So, when I got that blurb—which was vastly different from the pathetic thing I sent to the marketing department at the beginning of this process of moving to publication—my jaw literally dropped and I was squealing in my chair like a little girl for a pony ride at the circus.  My hat is off to those people in the marketing department at The Wild Rose Press.  They are AWESOME!  And, I want to take this little corner of cyberspace to thank them for what they did with that blurb.

I can’t wait to see what the art department does with the cover.

What is your character’s Alabama?


I write alone, often in the middle of the night.  Insomnia tends to lend itself to writing in the small, wee hours of the morning.  Even as I write those words, I have a slightly overweight, incredibly spoiled calico cat dozing on my lap.  Occasionally, she pries one green eye open to be sure I’m not totally ignoring her, butts her head against my elbow, and resumes purring.  Her name is Alabama, and she was named for the state she went to when she was less than twenty four hours old. She was an orphaned kitten when she was given to me—still slightly wet—and I was on my way to the Collie Club of Alabama shows.  I didn’t have a choice but take her with me for the weekend.  She traveled to Alabama in a small cardboard box, her heating pad plugged into the inverter in the rig, and was such a hit at the show, I literally had to put a sign over her little box in my grooming area that said, “My name is Alabama.  My human mommy is Lynda.  If I’m sleeping, please don’t wake me up.  If I’m awake and my Mommy is in the ring with a dog, my bottle is in the cooler and the water heater is plugged in next to me.”  I think every collie person at the show that weekend fed her at least once.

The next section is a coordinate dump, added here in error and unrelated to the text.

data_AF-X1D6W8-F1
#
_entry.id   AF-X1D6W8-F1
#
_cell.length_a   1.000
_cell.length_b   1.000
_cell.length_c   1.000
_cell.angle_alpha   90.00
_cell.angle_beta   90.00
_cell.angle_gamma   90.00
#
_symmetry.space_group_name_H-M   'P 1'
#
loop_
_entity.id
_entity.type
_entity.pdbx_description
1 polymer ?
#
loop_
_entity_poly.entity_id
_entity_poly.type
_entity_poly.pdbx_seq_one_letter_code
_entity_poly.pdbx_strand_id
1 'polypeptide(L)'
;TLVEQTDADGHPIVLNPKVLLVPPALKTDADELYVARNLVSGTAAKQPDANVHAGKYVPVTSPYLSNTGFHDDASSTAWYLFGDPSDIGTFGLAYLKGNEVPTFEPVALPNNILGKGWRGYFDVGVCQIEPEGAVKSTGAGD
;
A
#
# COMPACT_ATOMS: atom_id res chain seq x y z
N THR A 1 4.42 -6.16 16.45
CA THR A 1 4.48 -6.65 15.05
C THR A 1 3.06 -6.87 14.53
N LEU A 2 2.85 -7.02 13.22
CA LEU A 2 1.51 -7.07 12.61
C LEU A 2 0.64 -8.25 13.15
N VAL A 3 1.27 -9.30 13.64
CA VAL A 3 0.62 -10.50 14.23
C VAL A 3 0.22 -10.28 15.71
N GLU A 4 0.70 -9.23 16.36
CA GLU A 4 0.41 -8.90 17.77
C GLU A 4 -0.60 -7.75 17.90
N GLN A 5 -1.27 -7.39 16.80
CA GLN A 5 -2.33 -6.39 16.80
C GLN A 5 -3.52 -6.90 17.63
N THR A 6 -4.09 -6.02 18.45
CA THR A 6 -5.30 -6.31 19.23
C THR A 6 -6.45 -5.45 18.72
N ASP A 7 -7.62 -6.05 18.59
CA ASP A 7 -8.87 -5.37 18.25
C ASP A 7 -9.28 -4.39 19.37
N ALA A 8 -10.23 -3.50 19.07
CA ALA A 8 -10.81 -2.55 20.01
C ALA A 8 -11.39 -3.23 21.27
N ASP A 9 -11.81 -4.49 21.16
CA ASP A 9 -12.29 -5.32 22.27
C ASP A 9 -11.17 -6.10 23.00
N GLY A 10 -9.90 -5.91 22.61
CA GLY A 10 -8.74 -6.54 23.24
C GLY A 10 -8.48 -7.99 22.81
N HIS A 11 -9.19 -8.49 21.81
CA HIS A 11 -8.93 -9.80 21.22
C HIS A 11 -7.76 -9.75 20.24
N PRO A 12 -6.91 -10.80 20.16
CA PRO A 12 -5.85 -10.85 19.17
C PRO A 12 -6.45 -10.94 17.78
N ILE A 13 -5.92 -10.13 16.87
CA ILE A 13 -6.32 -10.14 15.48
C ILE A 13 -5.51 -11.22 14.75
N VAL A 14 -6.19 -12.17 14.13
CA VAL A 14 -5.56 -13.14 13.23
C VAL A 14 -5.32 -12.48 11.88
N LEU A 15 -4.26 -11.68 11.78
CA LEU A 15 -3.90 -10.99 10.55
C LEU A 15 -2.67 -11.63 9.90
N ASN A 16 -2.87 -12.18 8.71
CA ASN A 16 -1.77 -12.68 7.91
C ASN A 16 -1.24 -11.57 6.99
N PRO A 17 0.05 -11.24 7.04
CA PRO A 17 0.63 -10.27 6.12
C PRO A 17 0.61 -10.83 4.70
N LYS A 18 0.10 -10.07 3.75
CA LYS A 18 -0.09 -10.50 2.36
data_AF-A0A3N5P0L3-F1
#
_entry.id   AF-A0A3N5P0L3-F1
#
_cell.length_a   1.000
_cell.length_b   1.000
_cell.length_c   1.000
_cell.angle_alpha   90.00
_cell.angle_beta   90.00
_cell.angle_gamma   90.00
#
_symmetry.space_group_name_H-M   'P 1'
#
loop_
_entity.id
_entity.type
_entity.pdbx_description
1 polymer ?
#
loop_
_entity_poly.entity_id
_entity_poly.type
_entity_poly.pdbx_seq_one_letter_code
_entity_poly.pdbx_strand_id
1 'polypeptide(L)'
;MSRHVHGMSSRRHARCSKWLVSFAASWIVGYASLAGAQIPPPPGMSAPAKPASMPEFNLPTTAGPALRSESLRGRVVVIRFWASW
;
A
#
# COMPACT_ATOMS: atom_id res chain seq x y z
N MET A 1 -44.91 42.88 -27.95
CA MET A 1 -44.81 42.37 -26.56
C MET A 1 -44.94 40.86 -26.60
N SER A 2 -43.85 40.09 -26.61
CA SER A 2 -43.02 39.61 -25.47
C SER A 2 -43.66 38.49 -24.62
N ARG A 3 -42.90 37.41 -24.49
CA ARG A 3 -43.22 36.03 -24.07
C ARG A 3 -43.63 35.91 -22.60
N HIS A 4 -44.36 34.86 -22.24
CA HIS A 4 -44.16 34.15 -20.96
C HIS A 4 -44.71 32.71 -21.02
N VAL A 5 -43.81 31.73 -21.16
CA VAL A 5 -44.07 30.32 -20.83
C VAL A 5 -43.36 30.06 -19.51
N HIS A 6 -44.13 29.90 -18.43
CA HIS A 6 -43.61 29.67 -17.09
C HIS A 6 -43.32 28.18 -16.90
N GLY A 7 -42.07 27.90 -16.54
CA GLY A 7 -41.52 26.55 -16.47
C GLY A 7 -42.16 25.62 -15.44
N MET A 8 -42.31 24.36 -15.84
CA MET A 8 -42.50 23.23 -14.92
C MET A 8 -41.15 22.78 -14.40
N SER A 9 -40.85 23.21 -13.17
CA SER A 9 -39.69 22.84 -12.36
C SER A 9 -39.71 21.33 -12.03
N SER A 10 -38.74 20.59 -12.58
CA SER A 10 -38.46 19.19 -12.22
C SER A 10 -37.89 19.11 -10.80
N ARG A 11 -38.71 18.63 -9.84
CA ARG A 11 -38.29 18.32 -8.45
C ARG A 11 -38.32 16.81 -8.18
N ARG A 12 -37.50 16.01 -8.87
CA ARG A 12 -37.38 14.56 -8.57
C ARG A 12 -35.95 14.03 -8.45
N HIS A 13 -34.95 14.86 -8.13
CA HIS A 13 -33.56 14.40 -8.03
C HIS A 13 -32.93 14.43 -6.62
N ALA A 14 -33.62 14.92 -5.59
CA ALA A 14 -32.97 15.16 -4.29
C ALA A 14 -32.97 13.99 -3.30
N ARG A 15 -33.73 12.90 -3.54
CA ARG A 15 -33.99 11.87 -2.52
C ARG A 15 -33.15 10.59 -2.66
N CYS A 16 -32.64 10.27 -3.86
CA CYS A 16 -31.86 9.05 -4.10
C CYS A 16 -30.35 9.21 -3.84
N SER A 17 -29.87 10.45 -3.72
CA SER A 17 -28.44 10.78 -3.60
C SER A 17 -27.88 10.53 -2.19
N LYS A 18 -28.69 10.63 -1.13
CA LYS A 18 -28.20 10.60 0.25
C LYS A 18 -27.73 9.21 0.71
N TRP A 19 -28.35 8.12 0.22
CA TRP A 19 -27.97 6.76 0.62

The competition in the show ring is fierce and can be nasty (seldom in my chosen breed—but in other breeds—OY!), but this little orphan revealed a much softer side to all the people I compete against on a regular basis.  People who are highly competitive were seen sitting in a folding chair, bottle-feeding a tiny mewling ball of fluff, cooing and murmuring softly as they snuggled Alabama.  Even people who said they don’t really like cats were caught in the act. 
And, it’s that softer side as an author that I have to find in my characters.  It’s all too easy to write the damaged hero who keeps his heart well-guarded behind a stony façade because he isn’t about to risk the kind of pain that heartache brings, but what is it that breaks down the protective stone and reveals the vulnerability and longing?  What is it that takes down the walls, whether tiny chip by chip or with a massive wrecking ball (as Alabama proved to be for some people)?  In The Devil’s Own Desperado, the work I’m currently working on with my editor, Susan Yates, at The Wild Rose Press, Colt Evans’s Alabama turns out to be Amelia’s little sister Jenny, a young girl traumatized into silence by witnessing her parents murder.  Amelia has been chipping away at the façade, but it’s Jenny who is the wrecking ball, bringing all of his defenses crashing down.
The following is an excerpt from the upcoming novel:
Colt found Jenny in Angel’s stall, knees drawn to her chin, arms wrapped around her legs. She was shaking with silent sobs. He hung the lantern on a nail, and let himself into the horse’s stall. Colt sank next to Jenny in the clean straw. She looked up at him, her eyes welling with frightened tears. He slipped his arm around her and she dropped her head to his side, her tears dampening his shirt. “Aw, Jenny, I’m sorry. I didn’t know.”
She sniffled, and wiped the back of hand across her nose. Angel nosed the girl, his warm breath rustling the bright blue ribbons in her braids. Colt pushed the gelding’s head away. “Amy said you saw your momma and daddy killed by some very bad people.” 
Jenny lifted her head and nodded, memories darkening her already dark eyes. Her lower lip quivered and tears spilled down her cheeks.